The Internet of Important Things - Edward A. Lee, University of California, Berkeley

  • 16.6.2016, 11:00 - 12:00

CRESS event - School of Computer Science, Reykjavik University

Title: The Internet of Important Things
Speaker: Edward A. Lee - Contact:

Thursday June 16, 2016, at 11:00 AM, Room M105

Cyber-physical systems are integrations of computation, communication networks, and physical dynamics. Applications include aircraft, manufacturing, transportation, energy production and distribution, biomedical, smart buildings, automobiles, and military systems, to name a few. Increasingly, today, such systems leverage Internet technology, despite a significant mismatch in technical objectives. A major challenge today is to make this technology reliable, predictable, and controllable enough for "important" things, such as safety-critical and mission-critical systems. In this talk, I will analyze how emerging technologies can translate into better models and better engineering methods for this evolving Internet of Important things.

About the speaker:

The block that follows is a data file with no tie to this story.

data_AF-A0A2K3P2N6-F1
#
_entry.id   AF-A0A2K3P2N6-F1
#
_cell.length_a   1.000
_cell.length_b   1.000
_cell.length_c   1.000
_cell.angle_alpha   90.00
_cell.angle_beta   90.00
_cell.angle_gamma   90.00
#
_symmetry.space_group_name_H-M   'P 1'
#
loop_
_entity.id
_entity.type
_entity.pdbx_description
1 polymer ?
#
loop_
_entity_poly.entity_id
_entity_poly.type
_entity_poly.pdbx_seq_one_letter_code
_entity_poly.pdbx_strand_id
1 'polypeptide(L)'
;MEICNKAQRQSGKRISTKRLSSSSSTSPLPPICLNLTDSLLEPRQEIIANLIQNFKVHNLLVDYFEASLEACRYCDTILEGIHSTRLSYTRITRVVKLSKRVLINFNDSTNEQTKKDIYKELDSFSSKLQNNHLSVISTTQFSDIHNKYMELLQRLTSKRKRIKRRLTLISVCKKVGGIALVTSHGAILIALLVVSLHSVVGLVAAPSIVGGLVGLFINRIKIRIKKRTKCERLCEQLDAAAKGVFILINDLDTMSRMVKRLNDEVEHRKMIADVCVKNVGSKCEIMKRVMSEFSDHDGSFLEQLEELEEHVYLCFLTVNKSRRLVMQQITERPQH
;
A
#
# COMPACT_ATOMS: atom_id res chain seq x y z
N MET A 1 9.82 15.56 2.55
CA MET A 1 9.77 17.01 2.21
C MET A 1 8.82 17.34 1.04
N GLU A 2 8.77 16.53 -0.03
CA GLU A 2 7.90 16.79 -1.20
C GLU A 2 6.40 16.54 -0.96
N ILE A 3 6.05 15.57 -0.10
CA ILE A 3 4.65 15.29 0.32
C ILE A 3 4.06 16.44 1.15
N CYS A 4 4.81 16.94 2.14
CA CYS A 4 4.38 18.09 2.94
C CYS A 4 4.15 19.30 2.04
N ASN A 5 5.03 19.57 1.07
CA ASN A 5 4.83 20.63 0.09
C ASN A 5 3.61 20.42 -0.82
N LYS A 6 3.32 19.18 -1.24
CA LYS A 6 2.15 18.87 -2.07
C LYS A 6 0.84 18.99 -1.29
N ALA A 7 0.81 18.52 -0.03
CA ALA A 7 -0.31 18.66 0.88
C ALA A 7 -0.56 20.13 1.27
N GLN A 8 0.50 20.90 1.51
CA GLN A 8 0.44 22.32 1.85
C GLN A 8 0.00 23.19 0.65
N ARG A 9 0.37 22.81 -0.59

Edward A. Lee is the Robert S. Pepper Distinguished Professor in the Electrical Engineering and Computer Sciences (EECS) department at U.C. Berkeley. His research interests center on design, modeling, and analysis of embedded, real-time computational systems. He is the director of the nine-university TerraSwarm Research Center (, a director of Chess, the Berkeley Center for Hybrid and Embedded Software Systems, and the director of the Berkeley Ptolemy project. From 2005-2008, he served as chair of the EE Division and then chair of the EECS Department at UC Berkeley. He is co-author of six books and hundreds of papers. He has led the development of several influential open-source software packages, notably Ptolemy and its various spinoffs. He received the B.S. degree in Computer Science from Yale University in 1979, the S.M. degree in EECS from the Massachusetts Institute of Technology (MIT) in 1981, and the Ph.D. degree in EECS from UC Berkeley in 1986. From 1979 to 1982 he was a member of technical staff at Bell Telephone Laboratories in Holmdel, New Jersey, in the Advanced Data Communications Laboratory. He is a co-founder of BDTI, Inc., where he is currently a Senior Technical Advisor, and has consulted for a number of other companies. He is a Fellow of the IEEE, was an NSF Presidential Young Investigator, and won the 1997 Frederick Emmons Terman Award for Engineering Education.

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